I want to push through -- to finish the to-do list, go to the gym, meditate on something other than sleepiness. What is you problem? my ego asks. I'm tired, my body answers. I'm going to put off what can be put off and rest.
And that, dear ones, is practice.
In the Kayagatasati sutta the Buddha told his followers that practice is to know what you are doing as you are doing it, without providing commentary on what you should be doing instead or how what you are doing proves that you have a deep permanent moral stain because you always do that:
... The bhikkhu going knows, I go. Or standing knows, I stand. Or sitting knows, I sit. Or lying knows, I lie. In whatever manner his body is placed, that and that he knows...
Again the bhikkhu becomes aware, going forward or turning back, looking on, or looking about, bending or stretching, Becomes aware bearing the three robes and bowl, Becomes aware enjoying, drinking, eating or tasting. Becomes aware going, standing, sitting, lying, speaking, or keeping silence.
Back in the days that I spent in 12-step rooms, I often sat by a table sign with the letters HALT, which stood for hungry, angry, lonely, tired. Which meant that before you fell back upon habitual behavior, you should check in with yourself and see if any of those conditions were present. And if they were, you should know that and respond appropriately.
If hungry, eat something nourishing. If you're tired, don't push yourself to do things that you don't have the energy to do. Or at least recognize that if you're not able to do things at the level that you'd like, maybe there's a cause other than a flaw in your being. You're not stupid, your mind just isnt work at peak capacity.
The law of cause and effect applies. When you're tired, everything seems harder. Get some sleep and it looks different.
Impermanence. Karma. And for goodness sake, some sleep.
A: Obviously it's not normal but that's not relevant. ...
Q from woman who has to masturbate to fall asleep
A: Normal isn't relevant, but whether it causes you problems is.
Wednesday, October 5, 2011
But a new study contradicts that. Our assumption that monkeys behave like our untrained mind is called into question (as all assumptions should be).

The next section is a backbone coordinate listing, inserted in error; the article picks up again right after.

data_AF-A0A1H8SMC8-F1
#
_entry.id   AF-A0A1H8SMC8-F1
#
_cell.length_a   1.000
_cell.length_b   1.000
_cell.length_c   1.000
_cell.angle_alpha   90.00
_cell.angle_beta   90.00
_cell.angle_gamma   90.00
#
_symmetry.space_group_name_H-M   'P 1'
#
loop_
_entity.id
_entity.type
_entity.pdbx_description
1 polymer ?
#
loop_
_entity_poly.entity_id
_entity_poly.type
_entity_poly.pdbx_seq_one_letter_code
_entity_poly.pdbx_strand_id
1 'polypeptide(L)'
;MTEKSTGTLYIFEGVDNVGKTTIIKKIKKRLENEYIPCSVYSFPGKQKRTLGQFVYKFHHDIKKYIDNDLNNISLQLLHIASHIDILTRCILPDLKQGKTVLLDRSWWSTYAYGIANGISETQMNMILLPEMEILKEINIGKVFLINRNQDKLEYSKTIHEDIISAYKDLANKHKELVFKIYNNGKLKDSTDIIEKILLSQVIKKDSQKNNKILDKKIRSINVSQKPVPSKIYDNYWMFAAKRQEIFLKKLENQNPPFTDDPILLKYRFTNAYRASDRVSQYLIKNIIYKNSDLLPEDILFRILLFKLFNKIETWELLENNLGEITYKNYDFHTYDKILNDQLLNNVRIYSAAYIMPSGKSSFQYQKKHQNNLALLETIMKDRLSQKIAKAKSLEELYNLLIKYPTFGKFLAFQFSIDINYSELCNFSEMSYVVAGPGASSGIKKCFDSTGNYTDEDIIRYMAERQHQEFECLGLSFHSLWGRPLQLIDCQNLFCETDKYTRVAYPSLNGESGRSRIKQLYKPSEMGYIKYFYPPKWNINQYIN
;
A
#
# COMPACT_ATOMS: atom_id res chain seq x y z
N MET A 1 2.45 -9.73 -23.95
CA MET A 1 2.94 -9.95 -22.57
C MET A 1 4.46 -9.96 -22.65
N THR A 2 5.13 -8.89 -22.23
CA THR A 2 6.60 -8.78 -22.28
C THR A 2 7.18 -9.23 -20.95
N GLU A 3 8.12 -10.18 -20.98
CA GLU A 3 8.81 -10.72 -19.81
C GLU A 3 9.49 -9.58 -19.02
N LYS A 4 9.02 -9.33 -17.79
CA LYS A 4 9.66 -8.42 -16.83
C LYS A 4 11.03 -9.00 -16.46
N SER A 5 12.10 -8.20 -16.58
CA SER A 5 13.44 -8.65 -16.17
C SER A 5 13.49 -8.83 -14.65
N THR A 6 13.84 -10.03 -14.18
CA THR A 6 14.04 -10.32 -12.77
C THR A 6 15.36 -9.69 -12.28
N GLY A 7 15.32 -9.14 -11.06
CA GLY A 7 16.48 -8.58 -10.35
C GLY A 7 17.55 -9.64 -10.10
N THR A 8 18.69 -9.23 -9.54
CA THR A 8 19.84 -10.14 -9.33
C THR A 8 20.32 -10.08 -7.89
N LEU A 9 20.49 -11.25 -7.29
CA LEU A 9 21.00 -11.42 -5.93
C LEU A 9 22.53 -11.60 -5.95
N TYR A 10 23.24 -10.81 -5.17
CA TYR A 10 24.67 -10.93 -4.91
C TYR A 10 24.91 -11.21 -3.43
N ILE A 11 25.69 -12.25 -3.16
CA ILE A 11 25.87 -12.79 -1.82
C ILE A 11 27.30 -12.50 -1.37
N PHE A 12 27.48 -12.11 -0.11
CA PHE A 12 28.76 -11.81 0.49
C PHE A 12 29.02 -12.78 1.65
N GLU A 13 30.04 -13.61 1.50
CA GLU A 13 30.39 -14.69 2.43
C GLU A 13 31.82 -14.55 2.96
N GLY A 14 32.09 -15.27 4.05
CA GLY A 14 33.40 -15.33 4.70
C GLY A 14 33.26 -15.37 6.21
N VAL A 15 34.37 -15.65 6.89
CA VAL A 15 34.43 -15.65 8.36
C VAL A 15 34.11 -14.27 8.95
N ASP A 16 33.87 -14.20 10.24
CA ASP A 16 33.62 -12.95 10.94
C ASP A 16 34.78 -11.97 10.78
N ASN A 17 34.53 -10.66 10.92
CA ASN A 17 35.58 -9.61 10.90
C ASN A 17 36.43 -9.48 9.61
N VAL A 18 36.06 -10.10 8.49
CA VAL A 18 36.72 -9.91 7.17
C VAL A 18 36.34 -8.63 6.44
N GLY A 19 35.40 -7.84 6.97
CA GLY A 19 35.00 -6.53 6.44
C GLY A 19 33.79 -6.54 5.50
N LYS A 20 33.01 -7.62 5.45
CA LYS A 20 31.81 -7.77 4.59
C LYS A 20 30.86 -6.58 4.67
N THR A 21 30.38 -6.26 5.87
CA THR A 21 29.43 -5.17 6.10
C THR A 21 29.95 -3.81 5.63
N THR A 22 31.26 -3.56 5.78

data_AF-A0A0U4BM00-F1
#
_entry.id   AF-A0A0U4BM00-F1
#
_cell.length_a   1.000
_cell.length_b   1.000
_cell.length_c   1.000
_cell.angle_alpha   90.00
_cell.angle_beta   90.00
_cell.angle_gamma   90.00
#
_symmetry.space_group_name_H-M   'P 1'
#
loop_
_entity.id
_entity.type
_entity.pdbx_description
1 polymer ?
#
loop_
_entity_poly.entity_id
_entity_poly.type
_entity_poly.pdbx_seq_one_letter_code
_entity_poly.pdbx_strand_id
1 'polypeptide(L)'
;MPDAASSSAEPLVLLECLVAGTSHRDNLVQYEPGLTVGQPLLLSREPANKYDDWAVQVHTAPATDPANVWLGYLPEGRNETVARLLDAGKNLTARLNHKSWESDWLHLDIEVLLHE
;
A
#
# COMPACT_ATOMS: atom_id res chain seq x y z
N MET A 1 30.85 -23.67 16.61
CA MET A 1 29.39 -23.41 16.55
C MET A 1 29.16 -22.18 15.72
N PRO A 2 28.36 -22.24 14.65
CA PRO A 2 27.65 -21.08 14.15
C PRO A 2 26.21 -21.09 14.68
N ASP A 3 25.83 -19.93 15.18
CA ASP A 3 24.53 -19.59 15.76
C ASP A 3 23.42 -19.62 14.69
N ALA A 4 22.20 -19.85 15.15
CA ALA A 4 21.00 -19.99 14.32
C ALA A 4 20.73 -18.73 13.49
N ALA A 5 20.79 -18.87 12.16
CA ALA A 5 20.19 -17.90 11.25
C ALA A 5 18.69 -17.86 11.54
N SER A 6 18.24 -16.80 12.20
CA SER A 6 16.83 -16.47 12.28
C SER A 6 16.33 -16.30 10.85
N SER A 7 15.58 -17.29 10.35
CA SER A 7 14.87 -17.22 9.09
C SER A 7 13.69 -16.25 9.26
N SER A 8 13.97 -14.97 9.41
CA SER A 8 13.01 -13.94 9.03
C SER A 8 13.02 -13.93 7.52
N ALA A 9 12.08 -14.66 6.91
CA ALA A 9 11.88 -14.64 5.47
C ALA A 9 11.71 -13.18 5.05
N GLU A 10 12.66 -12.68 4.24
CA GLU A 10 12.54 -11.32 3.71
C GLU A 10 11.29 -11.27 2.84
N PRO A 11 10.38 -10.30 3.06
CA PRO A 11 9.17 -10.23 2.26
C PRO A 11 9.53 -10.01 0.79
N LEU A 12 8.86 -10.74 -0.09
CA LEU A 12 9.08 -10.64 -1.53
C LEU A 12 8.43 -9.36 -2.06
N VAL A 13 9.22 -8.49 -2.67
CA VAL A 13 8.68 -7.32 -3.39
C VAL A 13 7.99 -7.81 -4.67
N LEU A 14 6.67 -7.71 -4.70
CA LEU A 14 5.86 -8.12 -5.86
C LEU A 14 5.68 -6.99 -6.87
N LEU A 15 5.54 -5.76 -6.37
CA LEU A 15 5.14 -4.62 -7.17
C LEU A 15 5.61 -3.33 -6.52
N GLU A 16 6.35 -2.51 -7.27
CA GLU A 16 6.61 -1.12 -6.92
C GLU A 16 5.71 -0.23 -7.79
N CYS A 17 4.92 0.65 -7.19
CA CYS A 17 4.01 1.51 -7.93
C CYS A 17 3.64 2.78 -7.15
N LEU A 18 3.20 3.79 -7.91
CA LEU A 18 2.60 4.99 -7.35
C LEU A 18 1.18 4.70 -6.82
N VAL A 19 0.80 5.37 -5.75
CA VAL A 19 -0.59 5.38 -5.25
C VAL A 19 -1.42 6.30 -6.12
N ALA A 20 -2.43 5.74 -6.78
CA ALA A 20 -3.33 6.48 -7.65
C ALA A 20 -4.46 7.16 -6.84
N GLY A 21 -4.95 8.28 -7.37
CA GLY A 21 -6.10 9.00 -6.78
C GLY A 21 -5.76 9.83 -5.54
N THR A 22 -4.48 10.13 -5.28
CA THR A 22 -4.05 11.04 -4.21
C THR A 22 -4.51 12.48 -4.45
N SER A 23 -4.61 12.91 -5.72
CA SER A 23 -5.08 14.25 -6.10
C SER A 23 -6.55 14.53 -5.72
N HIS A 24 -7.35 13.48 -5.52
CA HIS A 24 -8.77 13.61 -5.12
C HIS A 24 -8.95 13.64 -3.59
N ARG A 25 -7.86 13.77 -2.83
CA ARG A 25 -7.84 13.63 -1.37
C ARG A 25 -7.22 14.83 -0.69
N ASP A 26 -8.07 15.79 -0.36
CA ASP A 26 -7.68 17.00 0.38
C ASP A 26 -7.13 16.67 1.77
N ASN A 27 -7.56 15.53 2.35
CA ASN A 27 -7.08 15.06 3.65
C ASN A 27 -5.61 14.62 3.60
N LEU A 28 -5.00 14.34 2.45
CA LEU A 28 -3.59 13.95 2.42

Monkeys can meditate. For marshmallows.
Actually, calling it "meditation" may be a bit of a stretch -- from a meditator's point of view. (Or maybe the meditator feels a need to defend zer skills at meditation and evolved status...)
According to a study in New Science magazine, monkeys "have been trained to put themselves into a Zen-like trance – but out of desire for marshmallows rather than enlightenment."
Why are scientists trying to teach monkeys to meditate? "The result suggests that simians could help to objectively test neurofeedback and other brain-training treatments for epilepsy or ADHD: they would be free of the placebo effects that humans might experience."
Neurofeedback, it says, involves teaching people to regulate their brainwaves and so control their state of mind by measuring the electrical activity of the brain and showing them that information. It shows promise for reducing symptoms associated with epilepsy, ADHD, and anxiety disorders, but in humans researchers have been unable to rule out the possibility that an enhanced awareness of the disease or a placebo effect is responsible, rather than the neurofeedback itself.
Animals don't have that problem, says Ingrid Philippens of the Biomedical Primate Research Centre in Rijswijk, the Netherlands. Here's where the training comes in. Philippens and her colleague Raymond Vanwersch attached electrodes to the brains of marmoset monkeys to pick up electroencephalogram (EEG) signals from the brain. Rather than showing the monkeys the EEG signal, as might be done in humans, Philippens and Vanwersch gave them a marshmallow reward every time they tuned their brain activity to a certain frequency range – in this case, 12 to 16 hertz.
To quote the article:
In humans, this frequency is associated with a relaxed but focused state of mind. "It's like meditation," says Philippens. "When you see the monkeys doing it, they look very restful but they have focus, like they are staring at something," she adds.
Two of the four monkeys tested learned to put themselves into this state within two training sessions; the others took four sessions to get the hang of it.
The monkeys may not realise that they are changing their brain activity, but it does show that they can consciously change their mood or state of mind, says Philippens. "This is an initial step for a much-needed scientific basis to neurofeedback."
Journal reference: NeuroReport, DOI: 10.1097/wnr.0b013e3283360ba8